Accessible Presentations – Introduction & Language

Best Practices

These best practices for accessibility are really best practices for presentation creation in general. Besides accessibility, these steps offer greater ease in search-ability, navigation, conversion to other formats, editing, etc. Blog posts over the next few months won’t cover all features of PowerPoint 2013 but will provide information on elements commonly used.

These directions assume that you are using MS Office 2013. If you need to convert your presentation to PDF, you will need Acrobat Professional XI or Acrobat DC installed on your computer.

Please note that most of these best practices focus on presentations to be posted on the web or Blackboard/Canvas. For live presentations, we’ll discuss readability in a few weeks and some tips for handouts, physical space, questions, etc. later this semester. Also, be sure to check out our VC Online series of CAPE Professional Development workshops in October and November. This 4-part series will introduce both faculty and staff to web and eLearning usability and design basics. We’ll cover navigation, visuals, typography and color.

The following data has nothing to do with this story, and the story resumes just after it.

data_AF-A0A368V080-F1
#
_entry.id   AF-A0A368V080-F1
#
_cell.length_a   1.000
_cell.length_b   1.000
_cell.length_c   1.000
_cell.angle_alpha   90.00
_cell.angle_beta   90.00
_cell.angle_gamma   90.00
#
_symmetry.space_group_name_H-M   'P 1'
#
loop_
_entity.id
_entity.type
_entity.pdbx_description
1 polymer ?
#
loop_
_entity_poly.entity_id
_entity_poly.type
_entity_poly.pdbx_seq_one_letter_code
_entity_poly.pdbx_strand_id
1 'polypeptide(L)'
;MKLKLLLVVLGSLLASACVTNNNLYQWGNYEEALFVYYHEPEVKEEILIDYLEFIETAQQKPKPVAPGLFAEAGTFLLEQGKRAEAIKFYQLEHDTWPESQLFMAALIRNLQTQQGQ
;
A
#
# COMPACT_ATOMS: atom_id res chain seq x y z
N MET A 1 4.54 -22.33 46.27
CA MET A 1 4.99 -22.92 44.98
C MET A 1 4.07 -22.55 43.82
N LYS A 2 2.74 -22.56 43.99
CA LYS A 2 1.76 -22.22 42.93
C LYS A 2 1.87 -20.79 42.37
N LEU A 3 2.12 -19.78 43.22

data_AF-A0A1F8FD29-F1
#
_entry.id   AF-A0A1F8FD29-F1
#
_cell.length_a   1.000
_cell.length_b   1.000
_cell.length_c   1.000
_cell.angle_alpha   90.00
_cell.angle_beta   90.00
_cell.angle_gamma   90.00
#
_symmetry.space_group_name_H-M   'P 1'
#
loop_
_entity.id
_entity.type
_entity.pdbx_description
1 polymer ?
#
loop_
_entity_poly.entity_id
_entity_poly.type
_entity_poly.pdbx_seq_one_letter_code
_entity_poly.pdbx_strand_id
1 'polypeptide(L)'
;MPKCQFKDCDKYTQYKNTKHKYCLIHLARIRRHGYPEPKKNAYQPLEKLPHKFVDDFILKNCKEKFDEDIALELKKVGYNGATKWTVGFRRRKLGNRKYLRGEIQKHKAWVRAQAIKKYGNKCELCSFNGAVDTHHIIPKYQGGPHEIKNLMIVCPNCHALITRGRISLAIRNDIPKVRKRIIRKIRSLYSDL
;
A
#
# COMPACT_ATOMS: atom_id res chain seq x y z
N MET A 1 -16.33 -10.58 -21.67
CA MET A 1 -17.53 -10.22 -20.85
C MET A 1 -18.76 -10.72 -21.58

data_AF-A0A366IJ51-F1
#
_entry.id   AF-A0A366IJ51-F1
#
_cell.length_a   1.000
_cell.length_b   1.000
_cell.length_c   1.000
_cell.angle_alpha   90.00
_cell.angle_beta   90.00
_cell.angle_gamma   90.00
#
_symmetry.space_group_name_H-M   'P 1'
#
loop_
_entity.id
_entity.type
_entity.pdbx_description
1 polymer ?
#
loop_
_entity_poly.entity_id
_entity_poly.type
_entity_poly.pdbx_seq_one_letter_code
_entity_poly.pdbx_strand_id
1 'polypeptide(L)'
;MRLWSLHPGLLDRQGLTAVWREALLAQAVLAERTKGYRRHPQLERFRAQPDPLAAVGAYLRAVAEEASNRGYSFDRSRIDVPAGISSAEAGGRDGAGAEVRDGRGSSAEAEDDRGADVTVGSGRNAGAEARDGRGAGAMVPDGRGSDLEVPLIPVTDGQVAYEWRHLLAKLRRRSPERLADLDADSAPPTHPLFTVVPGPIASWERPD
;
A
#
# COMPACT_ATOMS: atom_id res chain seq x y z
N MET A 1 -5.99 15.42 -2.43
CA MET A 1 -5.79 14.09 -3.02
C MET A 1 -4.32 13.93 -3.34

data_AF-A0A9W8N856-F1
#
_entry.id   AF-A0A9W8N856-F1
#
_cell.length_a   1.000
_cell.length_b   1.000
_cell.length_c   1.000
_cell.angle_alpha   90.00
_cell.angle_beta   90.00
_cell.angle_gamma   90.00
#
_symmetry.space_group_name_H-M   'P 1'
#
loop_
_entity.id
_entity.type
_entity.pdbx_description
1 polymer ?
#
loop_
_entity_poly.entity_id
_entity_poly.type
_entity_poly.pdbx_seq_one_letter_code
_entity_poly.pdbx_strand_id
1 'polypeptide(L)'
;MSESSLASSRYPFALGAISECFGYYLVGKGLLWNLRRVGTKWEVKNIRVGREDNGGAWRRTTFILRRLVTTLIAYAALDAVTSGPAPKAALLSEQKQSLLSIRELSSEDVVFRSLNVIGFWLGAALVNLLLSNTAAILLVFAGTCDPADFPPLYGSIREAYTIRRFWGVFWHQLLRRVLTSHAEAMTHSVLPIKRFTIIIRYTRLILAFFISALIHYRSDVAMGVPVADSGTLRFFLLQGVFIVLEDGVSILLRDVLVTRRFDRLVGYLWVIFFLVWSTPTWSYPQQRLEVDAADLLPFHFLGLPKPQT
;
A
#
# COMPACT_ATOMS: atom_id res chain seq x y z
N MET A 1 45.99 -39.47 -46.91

Want to dive a bit deeper? Check out these resource books in the CAPE Resource Library:

  • Presentation Secrets by Alexei Kapterev
  • Show and Tell by Dan Roam
  • The Cambridge Handbook of Multimedia Learning edited by Richard E. Mayer
  • The Visual Display of Quantitative Information (2 ed.) by Edward R. Tufte

Before we end, here’s a quick tip on setting Language in PowerPoint…

Language

The Language should be set to English by default, but you can change it if needed. This benefits everyone because the language is used for spelling and grammar checks.

Go to File > Options > Language > Choose English (unless your document needs to be in another language.)

Screenshot of PPT 2013 Options dialog box with Language highlighted

Stay tuned as we talk about the Design Ribbon Tab next week!

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